Keeping up with the daily schedule of a teenager can be exhausting. However, they are oen the ones who are truly suering! Recent studies have pointed out that many teens may have increased diculty learning and experience behavioral and emotional problems because they may be chronically sleep-deprived. However, the National Sleep Foundation has a number of tips for parents to ensure that their teens are getting enough sleep. Signs of sleep deprivation and sleepiness in your adolescent are not always obvious. Signs include diculty waking in the morning, irritability late in the day, randomly falling asleep during the day, and sleeping for extended times on the weekends. Sleepiness can also mimic attention decit hyperactivity disorder (National Sleep Foundation, n.d.) Parents can and should enforce regular sleep routines for their teens, including a quiet time in the evening. Talk to them about their levels of sleepiness and their sleep schedules. You may also need to look at the time theyre spending on aer-school or work activities and make adjustments if necessary. Encourage your teenager to keep a sleep diary for one or two weeks. If you cant seem to get them into a good sleep routine or they appear to be getting adequate sleep but still have difculty staying awake during the day, you may want to consult a sleep expert. And, nally, be a good role model. Make sleep a high priority for the whole family in order to avoid the harmful eects of sleep deprivation. Teens and Sleep1Donna Davis2 1. This document is FAR1219, one of a series of the Family Youth and Community Sciences Department, Florida Cooperative Extension Service, Institute of Food and Agricultural Sciences, University of Florida. Broadcast as program 530. Published on EDIS March 2012. In the interest of time and/or clarity, the broadcast version of this script may have been modied. Visit the EDIS website at http://edis.ifas.u.edu 2. D onna Davis, senior producer, Family Album Radio, Department of Family, Youth and Community Sciences, Cooperative Extension Service, Institute of Food and Agricultural Sciences, University of Florida, Gainesville, FL 32611.The Institute of Food and Agricultural Sciences (IFAS) is an Equal Opportunity Institution authorized to provide research, educational information and other services only to individuals and institutions that function with non-discrimination with respect to race, creed, color, religion, age, disability, sex, sexual orientation, marital status, national origin, political opinions or aliations. U.S. Department of Agriculture, Cooperative Extension Service, University of Florida, IFAS, Florida A. & M. University Cooperative Extension Program, and Boards of County Commissioners Cooperating. Millie Ferrer-Chancy, Interim Dean Credits: iStockphoto.com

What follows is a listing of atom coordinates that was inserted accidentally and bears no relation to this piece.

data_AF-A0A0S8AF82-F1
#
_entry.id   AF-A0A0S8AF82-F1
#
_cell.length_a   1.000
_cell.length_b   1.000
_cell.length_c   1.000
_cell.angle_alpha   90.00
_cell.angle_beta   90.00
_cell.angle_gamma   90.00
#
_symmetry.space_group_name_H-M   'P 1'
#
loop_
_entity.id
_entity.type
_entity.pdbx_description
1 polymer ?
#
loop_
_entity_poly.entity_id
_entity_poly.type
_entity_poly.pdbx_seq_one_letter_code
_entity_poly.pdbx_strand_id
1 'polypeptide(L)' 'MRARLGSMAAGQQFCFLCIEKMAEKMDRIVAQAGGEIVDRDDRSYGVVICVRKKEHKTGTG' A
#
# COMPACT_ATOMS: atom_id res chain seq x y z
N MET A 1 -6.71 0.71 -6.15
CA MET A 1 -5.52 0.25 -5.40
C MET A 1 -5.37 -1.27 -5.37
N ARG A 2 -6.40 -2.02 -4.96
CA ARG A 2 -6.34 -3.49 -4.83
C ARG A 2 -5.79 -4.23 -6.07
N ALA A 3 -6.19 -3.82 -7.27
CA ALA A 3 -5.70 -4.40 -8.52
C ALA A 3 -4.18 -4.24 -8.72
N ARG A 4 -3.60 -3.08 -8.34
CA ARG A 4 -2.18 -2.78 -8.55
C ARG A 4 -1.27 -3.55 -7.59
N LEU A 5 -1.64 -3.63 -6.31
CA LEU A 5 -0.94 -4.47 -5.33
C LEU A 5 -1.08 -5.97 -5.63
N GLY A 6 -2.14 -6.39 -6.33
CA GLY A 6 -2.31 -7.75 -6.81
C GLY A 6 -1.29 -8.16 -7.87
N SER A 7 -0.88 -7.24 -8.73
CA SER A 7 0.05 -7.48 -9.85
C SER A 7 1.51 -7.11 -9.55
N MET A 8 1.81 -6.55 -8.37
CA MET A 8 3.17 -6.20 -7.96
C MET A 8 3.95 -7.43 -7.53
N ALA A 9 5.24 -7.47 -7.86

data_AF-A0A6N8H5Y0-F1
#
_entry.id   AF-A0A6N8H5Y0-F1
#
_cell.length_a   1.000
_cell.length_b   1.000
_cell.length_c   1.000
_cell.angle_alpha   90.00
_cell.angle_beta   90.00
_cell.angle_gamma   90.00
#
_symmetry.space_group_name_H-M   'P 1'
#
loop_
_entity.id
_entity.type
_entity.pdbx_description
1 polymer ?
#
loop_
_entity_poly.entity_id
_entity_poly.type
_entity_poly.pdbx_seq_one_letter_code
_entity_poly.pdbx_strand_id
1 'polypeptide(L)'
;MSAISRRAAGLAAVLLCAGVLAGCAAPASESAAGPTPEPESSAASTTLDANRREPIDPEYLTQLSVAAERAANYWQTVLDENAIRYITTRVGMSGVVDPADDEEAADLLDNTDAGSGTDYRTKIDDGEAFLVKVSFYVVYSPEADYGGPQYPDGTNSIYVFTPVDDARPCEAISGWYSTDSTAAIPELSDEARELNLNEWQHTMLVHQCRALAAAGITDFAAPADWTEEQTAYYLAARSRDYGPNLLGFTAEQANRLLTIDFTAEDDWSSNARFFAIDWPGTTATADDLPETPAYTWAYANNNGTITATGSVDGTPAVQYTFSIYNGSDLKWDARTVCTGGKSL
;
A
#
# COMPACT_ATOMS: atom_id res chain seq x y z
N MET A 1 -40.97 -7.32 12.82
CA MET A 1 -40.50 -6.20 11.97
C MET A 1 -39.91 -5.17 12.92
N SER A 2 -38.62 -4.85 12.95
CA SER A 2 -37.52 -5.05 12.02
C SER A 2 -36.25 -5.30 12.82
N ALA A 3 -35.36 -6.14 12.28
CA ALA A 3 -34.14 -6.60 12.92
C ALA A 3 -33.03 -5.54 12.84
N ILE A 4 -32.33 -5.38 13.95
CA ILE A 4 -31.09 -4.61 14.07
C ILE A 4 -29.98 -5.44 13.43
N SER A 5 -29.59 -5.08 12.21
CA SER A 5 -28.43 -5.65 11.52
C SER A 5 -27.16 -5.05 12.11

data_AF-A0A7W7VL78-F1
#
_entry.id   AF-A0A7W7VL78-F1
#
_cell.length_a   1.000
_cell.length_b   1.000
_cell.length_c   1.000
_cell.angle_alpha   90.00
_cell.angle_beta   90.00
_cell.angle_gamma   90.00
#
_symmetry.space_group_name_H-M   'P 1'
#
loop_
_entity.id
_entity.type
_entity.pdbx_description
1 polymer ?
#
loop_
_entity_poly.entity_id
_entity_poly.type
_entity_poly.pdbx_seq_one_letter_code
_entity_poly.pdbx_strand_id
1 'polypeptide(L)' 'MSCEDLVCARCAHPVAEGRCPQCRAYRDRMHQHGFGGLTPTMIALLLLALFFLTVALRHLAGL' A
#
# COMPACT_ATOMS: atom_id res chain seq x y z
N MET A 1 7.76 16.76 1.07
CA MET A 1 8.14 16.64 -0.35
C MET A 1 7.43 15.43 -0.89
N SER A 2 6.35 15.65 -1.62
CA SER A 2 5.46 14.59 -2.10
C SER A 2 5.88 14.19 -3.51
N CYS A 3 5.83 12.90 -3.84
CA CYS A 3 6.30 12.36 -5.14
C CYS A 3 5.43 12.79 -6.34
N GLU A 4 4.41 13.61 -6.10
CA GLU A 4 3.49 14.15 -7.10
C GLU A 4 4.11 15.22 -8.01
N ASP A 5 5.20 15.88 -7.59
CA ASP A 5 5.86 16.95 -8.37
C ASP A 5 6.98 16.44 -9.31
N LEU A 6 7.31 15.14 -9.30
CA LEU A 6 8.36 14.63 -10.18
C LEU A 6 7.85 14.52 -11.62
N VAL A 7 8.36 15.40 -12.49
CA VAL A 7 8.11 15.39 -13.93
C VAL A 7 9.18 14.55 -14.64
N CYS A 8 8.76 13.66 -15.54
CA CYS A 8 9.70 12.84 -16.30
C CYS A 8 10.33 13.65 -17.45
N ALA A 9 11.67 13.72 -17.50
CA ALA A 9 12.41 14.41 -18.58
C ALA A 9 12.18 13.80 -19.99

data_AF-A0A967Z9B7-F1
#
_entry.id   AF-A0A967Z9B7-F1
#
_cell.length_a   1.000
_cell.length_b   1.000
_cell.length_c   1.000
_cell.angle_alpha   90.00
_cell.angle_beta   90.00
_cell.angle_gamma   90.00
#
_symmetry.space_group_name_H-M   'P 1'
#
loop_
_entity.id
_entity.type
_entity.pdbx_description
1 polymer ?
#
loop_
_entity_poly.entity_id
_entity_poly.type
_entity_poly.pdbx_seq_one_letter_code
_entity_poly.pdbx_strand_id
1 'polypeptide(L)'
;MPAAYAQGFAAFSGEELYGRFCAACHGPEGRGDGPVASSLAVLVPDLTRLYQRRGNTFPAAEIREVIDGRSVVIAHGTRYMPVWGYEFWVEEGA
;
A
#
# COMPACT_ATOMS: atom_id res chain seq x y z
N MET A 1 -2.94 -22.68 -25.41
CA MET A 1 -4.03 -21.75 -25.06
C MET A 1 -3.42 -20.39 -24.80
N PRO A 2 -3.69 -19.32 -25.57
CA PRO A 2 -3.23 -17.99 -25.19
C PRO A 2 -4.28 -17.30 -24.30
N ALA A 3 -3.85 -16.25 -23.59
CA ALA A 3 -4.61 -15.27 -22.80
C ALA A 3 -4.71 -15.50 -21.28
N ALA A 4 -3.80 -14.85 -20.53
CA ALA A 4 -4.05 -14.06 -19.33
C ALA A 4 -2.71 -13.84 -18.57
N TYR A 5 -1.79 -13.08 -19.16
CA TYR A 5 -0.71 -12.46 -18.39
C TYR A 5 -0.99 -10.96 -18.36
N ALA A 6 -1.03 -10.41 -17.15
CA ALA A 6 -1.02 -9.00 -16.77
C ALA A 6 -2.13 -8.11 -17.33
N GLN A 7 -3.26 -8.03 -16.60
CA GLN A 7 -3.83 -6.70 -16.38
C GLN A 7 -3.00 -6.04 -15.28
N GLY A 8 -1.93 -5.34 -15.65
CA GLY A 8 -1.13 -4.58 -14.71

2 Listening, learning, and living together: its the science of life. Family Album is a co-production of University of Florida IFAS Extension, the Department of Family, Youth and Community Sciences, and of WUFT-FM. If youd like to learn more, please visit our website at http://www.familyalbumradio.org To listen to the radio broadcast: http://www.radiosource.net/radio_stories/530.mp3 http://www.radiosource.net/radio_stories/530.wavReferencesAmerican Psychological Association. (2000, May). Study suggests older, preteen children may not be getting enough sleep to meet their daily physical and mental needs. Retrieved September 21, 2006, from http://www.apa.org/releases/sleep.html National Sleep Foundation. (n.d.) Teens and sleep: Pointers for parents. Retrieved September 21, 2006, from http://www. sleepfoundation.org/site/c.huIXKjM0IxF/b.2419119/k.794B/Pointers_for_Parents.htm. Sahed, A., Raviv, A., and Gruber, R. (2000). Sleep patterns and sleep disruptions in school-age children. Developmental Psychology 36 (3), 291-301.